News headlines a few weeks back grabbed readers attention with clickbait titles like, “bodybuilder” dies from eating too much protein,” and of course, the title of this article.
So, can too much protein kill you? ABSOLUTELY NOT!
Unless you have a genetic disorder that prevents you from completely metabolizing protein. Then, it would be like having celiac disease and eating a loaf of wheat bread covered in oatmeal – it’s not going to end well, but it’s probably going to end soon. In this case, the disease was urea cycle disorder.
What Is Urea Cycle Disorder?
Urea cycle disorder is an inborn error of metabolism that results in the accumulation of ammonia, which then goes on to destabilize enzymes until hydrocephaly (water on the brain) results in disorientation, mood swings, lethargy, and perhaps death. The treatment for urea cycle disorder mostly involves just not eating more protein than the body can metabolize. Makes sense, right? Other treatment options include pharmaceutical ammonia scavengers (phenylbutyrate) and specific amino acid supplements (arginine and citrulline), which can increase urea cycle enzymes. For those that don’t know, amino acids are the building blocks and functional components of protein, so in other words, urea cycle disorder is, ironically, treated with parts of proteins.
So What Happened?
As was the case with the unfortunate women in the news, symptoms of urea cycle disorder do not always present themselves in a manner that one might connect to an inborn error of metabolism. Often the disorder goes undiagnosed because the individual is still able to tolerate and metabolize normal dietary amounts of protein.
What’s interesting is that the woman had been competing in shows since 2014, and therefore, likely consuming a high protein diet for about 2.5 years before having an issue. The kicker, she was studying medicine and still didn’t put one and two together. Clearly something other than a high-protein diet adversely affected this poor woman.
Blame Wrongfully Placed
Unfortunately, as is the case with most parents, her mother wrongfully places the blame on “protein supplements from the internet.” Not the meat her daughter was eating. Not the protein in rice, potato, or vegetables her daughter may have been consuming. Not herself for not having her daughter screened for the disease. Not her daughter for not recognizing when too much is too much. No, it must be the very specific kind of protein that comes in a tub over the internet. One article even stated, “[protein powders] don’t contain all the nutrients your body gets from lean meat, which is the safer and healthier choice.”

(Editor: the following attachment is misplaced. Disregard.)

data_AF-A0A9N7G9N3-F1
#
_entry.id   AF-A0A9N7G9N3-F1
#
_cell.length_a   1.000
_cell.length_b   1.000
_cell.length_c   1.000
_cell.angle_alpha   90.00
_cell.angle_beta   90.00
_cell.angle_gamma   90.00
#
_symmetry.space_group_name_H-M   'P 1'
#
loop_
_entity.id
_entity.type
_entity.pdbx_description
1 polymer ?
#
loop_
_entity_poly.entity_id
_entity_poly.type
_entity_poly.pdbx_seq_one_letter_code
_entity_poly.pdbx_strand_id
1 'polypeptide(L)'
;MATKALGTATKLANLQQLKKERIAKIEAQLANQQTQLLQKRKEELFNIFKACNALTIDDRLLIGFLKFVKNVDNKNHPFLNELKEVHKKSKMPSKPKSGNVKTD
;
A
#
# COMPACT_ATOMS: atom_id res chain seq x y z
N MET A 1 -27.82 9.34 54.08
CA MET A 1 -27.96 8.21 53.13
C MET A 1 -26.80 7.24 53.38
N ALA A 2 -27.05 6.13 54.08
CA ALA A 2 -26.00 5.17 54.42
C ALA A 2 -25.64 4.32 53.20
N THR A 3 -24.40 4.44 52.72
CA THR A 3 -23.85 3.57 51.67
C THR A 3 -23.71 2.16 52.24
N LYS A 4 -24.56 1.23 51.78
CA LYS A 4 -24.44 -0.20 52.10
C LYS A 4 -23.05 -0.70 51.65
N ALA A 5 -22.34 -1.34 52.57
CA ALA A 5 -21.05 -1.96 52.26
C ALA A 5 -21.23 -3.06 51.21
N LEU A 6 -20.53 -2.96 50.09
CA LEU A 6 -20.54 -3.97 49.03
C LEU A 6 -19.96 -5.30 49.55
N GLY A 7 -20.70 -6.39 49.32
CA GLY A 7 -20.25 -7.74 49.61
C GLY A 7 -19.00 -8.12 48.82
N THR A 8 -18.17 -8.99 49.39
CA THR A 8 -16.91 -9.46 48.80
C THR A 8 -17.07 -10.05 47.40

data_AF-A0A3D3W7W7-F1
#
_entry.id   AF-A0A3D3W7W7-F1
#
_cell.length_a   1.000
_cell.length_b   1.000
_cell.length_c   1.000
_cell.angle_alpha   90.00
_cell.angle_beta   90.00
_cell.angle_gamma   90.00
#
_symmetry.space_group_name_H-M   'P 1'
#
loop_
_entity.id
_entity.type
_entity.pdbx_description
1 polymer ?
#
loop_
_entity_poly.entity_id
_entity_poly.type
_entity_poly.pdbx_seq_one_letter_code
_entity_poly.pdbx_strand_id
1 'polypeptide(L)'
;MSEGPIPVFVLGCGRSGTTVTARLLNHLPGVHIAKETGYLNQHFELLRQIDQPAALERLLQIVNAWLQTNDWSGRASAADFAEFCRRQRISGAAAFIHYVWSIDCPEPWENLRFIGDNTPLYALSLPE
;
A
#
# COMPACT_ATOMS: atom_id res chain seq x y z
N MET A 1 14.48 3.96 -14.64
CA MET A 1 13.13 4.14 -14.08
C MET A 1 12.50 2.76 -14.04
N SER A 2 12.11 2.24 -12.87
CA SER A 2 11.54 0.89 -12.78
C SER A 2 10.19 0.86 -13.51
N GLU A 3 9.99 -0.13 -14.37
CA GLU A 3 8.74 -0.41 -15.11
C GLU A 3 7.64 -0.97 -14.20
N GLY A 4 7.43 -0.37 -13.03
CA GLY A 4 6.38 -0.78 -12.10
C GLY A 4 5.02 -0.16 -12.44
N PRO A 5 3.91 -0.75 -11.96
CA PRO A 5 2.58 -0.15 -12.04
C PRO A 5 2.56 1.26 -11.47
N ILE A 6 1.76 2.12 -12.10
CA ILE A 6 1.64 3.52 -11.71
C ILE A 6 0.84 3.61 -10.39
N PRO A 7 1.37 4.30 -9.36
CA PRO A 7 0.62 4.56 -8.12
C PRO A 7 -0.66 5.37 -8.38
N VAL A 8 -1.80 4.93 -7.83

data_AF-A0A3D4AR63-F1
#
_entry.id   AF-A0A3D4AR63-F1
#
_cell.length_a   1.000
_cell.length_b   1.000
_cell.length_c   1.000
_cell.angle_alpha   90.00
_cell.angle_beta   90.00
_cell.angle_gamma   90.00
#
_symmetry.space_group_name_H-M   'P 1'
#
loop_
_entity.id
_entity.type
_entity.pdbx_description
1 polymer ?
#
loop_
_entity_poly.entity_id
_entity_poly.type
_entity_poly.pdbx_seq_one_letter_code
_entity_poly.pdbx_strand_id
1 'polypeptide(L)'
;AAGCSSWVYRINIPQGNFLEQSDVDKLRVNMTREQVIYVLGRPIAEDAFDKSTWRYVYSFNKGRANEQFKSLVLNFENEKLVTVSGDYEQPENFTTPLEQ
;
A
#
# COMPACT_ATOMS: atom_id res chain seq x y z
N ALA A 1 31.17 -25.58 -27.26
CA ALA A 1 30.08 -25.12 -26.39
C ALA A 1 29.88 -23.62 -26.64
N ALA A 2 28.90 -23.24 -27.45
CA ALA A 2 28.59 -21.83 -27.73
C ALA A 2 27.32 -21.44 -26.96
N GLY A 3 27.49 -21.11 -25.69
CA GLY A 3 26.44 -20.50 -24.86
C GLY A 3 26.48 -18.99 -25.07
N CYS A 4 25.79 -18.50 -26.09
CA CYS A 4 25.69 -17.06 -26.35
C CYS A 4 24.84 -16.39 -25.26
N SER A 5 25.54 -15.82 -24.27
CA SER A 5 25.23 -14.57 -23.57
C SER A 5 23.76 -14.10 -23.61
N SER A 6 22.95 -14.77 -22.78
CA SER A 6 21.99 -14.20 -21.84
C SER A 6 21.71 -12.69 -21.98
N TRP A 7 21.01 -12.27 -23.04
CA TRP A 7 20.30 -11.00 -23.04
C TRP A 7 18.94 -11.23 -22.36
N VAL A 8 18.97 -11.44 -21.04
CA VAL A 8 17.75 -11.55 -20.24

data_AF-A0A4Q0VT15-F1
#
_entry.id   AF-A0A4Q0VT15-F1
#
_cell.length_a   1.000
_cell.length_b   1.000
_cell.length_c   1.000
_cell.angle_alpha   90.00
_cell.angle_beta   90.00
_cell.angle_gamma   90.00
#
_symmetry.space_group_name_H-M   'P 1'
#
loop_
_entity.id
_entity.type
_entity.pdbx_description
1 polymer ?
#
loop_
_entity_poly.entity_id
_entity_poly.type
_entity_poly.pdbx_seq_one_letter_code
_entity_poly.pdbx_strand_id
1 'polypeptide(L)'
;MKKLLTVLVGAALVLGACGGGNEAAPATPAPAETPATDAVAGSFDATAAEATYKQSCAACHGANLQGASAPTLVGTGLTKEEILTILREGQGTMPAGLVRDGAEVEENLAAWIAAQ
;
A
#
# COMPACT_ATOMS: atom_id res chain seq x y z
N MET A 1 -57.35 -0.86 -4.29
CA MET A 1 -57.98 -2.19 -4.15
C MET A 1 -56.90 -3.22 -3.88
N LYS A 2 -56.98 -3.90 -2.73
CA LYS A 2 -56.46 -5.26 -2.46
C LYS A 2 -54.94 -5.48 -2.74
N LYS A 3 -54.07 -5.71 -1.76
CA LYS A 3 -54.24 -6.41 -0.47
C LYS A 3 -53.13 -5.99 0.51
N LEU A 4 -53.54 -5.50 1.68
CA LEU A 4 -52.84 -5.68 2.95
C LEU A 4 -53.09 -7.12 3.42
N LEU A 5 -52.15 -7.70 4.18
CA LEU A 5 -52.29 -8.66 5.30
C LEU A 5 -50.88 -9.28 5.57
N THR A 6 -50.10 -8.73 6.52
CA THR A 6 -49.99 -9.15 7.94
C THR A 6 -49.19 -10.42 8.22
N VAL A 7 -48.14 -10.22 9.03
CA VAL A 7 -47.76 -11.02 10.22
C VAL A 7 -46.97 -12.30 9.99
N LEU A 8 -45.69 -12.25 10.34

While the rest of us are sitting here like, “HELLOOO?! We use protein powders because we’re already eating lean meat 4+ times per day.” On the flip side, score one for meat – the news is usually telling us to knock that off! It’s about the small victories. Might we also mention that these “unregulated” protein supplements say on the label something like, “do not use as a meal replacement.”
What Does the Science Say About High Protein Consumption?
Scientific investigations, not a one-off random occurrence that goes viral, find that protein (much as supplemental powders) consumed at levels exceeding 3-4 times the recommended amount for 6 months have NO IMPACT on health status. Not to mention, overeating on protein does not result in weight gain.
Listen, it’s sad that she died, but ask yourself, is it really protein’s fault? What society are we living in when we have to warn people about food? After all, that’s where all protein powders come from. If you start to feel ill after eating more protein or anything else, get yourself checked for an inborn error of metabolism (there is more than just urea cycle disorder).